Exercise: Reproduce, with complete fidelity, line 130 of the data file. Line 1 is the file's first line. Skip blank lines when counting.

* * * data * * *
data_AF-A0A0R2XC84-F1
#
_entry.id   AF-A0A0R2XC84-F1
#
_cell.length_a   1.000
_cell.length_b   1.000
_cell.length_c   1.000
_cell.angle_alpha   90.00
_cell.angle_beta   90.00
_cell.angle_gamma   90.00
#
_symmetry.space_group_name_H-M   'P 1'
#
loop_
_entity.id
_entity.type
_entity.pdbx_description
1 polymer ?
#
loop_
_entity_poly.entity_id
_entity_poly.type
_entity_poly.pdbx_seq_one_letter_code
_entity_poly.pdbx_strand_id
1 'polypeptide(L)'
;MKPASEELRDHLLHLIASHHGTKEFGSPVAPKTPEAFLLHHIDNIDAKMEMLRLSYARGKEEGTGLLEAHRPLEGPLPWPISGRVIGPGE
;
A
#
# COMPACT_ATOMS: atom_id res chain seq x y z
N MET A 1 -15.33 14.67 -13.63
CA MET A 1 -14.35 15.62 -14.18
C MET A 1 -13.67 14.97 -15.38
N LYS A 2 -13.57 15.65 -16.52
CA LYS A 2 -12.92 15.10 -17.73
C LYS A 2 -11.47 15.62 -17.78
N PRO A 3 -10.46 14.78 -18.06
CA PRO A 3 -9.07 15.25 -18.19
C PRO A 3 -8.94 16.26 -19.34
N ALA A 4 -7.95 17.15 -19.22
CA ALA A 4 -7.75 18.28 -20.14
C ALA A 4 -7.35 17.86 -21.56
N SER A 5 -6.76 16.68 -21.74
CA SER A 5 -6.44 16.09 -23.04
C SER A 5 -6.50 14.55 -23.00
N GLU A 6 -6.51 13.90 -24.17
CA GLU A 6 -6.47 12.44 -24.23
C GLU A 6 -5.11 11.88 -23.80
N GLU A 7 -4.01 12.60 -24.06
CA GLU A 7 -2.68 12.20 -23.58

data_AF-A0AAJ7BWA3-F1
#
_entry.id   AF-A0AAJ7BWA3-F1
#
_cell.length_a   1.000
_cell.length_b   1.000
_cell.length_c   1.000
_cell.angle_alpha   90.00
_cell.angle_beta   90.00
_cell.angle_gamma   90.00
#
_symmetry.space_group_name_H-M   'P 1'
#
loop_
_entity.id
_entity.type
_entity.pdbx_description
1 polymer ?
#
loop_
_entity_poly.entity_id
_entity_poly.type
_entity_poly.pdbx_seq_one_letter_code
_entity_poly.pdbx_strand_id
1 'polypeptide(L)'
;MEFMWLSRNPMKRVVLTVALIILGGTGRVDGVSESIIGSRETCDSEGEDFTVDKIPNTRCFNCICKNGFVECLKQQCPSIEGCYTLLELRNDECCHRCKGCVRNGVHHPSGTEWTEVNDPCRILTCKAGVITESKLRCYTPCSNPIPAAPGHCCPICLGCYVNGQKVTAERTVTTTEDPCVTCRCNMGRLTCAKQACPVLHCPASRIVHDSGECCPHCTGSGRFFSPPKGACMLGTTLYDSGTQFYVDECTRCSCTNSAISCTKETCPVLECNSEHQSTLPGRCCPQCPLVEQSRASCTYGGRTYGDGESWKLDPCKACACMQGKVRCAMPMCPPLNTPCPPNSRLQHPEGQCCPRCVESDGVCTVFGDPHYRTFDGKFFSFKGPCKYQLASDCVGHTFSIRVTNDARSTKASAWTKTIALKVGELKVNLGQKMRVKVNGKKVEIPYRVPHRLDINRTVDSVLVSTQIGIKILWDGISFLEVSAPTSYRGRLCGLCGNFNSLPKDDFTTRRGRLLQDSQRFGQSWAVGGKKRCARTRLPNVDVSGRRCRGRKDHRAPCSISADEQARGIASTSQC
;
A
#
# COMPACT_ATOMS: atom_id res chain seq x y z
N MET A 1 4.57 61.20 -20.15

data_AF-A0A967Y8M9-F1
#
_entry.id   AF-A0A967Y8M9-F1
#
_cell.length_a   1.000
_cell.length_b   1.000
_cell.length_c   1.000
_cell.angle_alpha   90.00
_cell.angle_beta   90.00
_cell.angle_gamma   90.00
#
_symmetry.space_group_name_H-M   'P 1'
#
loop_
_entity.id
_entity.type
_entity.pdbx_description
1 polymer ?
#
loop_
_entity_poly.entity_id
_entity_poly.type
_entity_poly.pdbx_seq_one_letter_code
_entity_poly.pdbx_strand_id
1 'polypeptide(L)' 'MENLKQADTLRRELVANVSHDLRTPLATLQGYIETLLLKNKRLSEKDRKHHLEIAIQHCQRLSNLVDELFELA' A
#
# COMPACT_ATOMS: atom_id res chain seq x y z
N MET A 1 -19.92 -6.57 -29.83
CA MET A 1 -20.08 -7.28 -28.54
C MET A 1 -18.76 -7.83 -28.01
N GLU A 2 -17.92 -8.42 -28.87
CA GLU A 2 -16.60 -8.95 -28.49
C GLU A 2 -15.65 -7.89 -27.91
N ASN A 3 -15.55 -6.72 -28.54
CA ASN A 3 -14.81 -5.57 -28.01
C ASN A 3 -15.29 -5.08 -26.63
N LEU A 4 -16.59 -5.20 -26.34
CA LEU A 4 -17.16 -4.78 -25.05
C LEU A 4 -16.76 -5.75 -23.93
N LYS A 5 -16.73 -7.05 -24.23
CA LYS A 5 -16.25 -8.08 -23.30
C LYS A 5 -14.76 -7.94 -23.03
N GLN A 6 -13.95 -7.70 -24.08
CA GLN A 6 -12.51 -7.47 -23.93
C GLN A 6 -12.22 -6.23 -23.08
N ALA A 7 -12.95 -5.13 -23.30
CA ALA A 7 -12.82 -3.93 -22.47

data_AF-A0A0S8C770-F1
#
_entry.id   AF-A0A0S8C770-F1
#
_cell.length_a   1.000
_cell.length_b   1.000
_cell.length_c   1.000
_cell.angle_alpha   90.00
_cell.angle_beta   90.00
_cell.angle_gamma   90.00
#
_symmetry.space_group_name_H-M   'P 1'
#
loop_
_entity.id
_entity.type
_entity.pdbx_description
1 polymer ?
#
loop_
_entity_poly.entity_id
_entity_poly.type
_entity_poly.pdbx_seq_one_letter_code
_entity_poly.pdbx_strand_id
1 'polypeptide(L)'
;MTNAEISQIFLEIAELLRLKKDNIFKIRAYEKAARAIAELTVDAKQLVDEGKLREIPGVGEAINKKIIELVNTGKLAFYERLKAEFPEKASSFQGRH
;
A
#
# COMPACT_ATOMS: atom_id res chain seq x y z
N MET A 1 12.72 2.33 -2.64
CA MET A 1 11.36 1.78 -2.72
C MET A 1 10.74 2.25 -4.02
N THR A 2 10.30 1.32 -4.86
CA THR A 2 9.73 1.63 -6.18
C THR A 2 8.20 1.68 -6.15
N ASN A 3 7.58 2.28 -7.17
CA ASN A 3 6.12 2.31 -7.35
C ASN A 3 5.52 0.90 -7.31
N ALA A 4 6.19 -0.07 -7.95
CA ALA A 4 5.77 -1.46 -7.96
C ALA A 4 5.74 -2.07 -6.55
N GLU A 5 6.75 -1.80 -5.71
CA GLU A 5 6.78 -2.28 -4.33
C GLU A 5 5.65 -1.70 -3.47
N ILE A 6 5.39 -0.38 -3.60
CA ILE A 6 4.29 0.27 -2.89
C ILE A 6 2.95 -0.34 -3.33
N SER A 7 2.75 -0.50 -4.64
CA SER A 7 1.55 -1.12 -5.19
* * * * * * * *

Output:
#